In our local law, this violates Chapter V, Section 177.2 of Republic Act 8293 (Intellectual Property Code of the Philippines), which states that the “dramatization, translation, adaptation, abridgment, arrangement or other transformation of the work” is in the exclusive right of the owner to authorize, prevent, and/or carry out.

  2. Nintendo ‘wins’ £9.3m from ROM-hosting sites for copyright infringement – November 13, 2018

    https://www.theinquirer.net/inquirer/news/3066249/nintendo-wins-gbp93m-from-rom-hosting-sites-for-copyright-infringement

    LoveROM and LoveRETRO, websites that were deemed notorious for being a hub for downloading pirated copies of Nintendo’s video games, allowed people to download and play these games without paying, and by extension, without Nintendo’s permission.

    Video games not only made by Nintendo, but also those that were made to be played on Nintendo video game systems, were shared by the aforementioned websites.

    Following legal action from Nintendo, LoveROM took down Nintendo games from their website, while its sister website, LoveRETRO, was shut down.

    This was not the only effect of the websites’ blatant infringement on intellectual property. The owners of the websites, a couple based in Arizona, were also ordered to pay Nintendo up to $12 million, after admitting to direct and indirect copyright infringement.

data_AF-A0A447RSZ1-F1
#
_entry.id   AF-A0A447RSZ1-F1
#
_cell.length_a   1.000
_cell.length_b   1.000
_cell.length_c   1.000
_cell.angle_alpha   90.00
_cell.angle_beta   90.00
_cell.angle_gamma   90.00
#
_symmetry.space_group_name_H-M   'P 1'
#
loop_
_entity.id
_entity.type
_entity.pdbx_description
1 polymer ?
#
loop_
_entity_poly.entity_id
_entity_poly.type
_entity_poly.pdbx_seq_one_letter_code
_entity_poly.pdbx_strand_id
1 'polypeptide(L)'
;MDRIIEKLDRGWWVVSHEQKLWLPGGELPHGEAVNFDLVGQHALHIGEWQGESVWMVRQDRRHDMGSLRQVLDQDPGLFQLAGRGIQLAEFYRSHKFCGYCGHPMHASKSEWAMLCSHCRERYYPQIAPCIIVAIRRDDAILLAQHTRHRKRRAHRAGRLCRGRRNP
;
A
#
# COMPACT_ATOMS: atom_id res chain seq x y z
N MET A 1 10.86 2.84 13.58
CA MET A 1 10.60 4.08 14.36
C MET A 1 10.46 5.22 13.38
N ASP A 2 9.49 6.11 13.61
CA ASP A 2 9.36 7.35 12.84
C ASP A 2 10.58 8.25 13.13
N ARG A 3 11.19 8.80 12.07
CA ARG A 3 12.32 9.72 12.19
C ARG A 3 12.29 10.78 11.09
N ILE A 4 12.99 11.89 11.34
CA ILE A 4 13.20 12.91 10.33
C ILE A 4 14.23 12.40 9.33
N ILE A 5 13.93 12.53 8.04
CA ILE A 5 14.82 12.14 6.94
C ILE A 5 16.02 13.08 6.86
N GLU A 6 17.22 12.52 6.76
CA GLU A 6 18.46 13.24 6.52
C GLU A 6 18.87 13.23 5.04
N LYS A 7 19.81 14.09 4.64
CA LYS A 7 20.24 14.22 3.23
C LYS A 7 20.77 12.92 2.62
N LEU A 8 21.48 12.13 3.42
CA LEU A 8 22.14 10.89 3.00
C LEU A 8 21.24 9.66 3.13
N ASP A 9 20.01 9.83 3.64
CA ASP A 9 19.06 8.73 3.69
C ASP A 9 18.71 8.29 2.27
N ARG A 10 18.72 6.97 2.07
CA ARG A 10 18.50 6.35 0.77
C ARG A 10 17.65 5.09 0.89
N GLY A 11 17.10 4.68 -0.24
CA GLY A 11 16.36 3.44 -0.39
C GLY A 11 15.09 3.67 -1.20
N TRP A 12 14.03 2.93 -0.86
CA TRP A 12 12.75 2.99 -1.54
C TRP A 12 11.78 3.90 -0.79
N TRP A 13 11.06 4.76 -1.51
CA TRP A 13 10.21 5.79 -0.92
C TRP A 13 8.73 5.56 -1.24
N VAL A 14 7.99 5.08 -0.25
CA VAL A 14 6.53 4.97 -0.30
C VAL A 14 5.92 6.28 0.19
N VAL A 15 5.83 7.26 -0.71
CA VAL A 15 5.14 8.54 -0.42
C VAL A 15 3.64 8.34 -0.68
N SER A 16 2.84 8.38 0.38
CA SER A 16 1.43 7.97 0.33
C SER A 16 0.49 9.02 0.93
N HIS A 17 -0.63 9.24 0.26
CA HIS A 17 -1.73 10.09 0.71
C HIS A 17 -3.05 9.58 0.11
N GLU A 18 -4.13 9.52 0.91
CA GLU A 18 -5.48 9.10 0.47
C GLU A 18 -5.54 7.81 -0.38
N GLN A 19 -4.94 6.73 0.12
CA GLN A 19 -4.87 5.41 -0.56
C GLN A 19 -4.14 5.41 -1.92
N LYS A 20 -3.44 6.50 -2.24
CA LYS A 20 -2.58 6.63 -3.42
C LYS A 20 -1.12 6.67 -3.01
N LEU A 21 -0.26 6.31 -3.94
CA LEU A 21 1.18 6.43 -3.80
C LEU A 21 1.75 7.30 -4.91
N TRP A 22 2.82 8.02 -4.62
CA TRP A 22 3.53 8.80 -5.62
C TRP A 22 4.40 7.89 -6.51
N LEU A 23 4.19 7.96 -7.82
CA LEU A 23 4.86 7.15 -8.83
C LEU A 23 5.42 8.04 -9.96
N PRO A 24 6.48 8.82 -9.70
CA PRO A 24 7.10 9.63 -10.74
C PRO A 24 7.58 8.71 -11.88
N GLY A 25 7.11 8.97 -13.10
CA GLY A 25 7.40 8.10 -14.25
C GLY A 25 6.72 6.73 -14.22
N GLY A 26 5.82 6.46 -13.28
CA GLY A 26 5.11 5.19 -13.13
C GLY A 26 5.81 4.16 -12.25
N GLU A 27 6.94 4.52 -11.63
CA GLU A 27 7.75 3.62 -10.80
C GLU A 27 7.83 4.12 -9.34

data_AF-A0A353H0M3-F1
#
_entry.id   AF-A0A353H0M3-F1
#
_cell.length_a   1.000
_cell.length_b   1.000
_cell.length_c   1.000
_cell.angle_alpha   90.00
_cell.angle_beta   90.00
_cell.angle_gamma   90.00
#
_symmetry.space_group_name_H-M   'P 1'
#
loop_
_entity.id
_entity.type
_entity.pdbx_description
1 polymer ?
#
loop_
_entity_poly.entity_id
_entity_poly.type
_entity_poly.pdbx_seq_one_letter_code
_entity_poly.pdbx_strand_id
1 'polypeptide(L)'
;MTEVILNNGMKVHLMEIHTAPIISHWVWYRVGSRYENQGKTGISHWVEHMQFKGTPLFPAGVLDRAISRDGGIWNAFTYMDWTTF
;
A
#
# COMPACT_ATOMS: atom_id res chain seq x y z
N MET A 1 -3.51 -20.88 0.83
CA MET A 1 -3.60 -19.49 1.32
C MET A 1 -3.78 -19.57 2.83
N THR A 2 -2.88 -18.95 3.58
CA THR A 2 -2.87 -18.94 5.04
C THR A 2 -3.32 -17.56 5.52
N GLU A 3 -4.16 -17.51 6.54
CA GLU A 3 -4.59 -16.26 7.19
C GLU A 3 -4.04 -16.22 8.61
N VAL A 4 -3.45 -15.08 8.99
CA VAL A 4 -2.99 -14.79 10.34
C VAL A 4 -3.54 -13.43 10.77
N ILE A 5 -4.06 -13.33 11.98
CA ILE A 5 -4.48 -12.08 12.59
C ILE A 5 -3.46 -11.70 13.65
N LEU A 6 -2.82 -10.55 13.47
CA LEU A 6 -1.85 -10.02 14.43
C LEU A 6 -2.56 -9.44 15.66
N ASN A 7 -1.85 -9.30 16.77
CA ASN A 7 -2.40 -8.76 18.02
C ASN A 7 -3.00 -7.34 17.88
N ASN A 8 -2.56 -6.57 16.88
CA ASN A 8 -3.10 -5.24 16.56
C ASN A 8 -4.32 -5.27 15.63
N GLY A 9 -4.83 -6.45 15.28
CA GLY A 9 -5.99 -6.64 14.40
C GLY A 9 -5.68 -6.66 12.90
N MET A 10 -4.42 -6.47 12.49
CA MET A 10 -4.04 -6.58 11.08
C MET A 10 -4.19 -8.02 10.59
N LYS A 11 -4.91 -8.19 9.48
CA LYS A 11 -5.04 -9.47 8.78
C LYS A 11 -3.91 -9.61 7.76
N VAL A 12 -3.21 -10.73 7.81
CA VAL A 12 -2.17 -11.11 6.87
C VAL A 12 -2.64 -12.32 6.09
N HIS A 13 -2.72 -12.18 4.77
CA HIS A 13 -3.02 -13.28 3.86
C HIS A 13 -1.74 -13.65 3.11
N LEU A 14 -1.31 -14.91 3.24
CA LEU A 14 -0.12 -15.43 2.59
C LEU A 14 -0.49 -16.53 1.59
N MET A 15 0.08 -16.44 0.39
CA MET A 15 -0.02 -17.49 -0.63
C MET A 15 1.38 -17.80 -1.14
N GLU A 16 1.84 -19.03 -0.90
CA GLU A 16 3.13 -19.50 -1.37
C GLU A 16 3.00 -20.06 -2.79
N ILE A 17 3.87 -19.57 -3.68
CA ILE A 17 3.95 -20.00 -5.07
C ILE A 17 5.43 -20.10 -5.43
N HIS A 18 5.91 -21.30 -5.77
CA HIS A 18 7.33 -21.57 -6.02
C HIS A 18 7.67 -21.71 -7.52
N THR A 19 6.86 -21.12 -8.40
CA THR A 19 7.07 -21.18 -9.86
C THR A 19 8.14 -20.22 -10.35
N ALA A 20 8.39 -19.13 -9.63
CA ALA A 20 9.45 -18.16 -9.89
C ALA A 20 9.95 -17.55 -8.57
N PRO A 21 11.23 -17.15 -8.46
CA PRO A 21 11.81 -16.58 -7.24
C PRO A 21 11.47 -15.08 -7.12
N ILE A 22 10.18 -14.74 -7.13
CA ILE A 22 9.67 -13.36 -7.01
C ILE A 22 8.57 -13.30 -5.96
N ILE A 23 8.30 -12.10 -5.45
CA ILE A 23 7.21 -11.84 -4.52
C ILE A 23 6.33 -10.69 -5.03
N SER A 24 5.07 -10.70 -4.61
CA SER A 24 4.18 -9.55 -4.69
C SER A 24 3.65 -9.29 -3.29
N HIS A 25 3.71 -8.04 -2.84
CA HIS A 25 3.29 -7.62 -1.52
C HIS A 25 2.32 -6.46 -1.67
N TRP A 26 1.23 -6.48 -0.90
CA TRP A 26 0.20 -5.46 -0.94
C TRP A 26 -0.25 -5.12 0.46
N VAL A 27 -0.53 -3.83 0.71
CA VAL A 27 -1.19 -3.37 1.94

The ruling punished the site’s owners even further by prohibiting them from using, sharing, and distributing copies of Nintendo video games, and requiring them to return the copies they possessed to Nintendo, along with their site’s domain name.

  3. https://www.forbes.com/sites/michellekaminsky/2019/02/27/nicki-minaj-bang-bangs-back-in-tracy-chapman-copyright-infringement-suit/

    Nicki Minaj Bang Bangs Back In Tracy Chapman Copyright Infringement Suit

    In California federal court, Tracy Chapman has complained that over half the song’s lyrics and vocal melody of Nicki Minaj’s “Sorry” is taken from Chapman’s “Baby Can I Hold You.” In defense of a copyright infringement complaint on a song, artist Nicki Minaj reasons Tracy Chapman’s for a lack of registration for copyright.The song is filed under publishing companies SBK April Music, Inc. and Purple Rabbit Music which Tracy Chapman was signed under. However, Chapman’s complaint states that the copyright has been transferred back to her in 2016. An argument of “fair use” in Nicki Minaj’s defense would matters of extent, such as that “fair use” has not yet reached the point of “copyright infringement.”

  4. WWE Hall of Famer Sues ‘Call of Duty’ Publishers for Copyright Infringement – February 2019

    https://www.wmcactionnews5.com/2019/02/16/sc-family-suing-kanye-west-copyright-infringement-charleston-federal-court/